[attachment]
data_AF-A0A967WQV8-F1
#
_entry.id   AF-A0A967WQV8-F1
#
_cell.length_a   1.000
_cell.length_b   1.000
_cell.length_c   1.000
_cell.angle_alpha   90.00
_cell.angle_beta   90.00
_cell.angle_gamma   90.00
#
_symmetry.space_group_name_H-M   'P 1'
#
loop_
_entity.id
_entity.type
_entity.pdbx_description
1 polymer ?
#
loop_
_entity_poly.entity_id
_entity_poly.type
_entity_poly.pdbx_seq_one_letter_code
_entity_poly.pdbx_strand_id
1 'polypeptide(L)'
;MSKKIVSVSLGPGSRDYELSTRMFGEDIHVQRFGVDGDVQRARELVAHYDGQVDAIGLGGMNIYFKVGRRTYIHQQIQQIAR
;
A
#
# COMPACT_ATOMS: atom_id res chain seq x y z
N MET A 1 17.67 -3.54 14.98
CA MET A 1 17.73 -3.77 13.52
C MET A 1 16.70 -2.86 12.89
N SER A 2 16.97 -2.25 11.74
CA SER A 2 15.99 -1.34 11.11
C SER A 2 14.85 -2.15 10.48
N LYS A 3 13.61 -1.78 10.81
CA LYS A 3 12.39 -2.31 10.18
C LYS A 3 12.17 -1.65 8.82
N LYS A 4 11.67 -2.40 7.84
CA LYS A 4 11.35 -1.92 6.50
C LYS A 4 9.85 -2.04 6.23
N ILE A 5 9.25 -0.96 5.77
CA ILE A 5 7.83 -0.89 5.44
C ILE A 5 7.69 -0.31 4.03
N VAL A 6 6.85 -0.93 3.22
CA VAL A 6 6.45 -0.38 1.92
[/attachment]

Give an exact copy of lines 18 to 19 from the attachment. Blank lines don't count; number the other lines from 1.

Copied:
1 polymer ?
#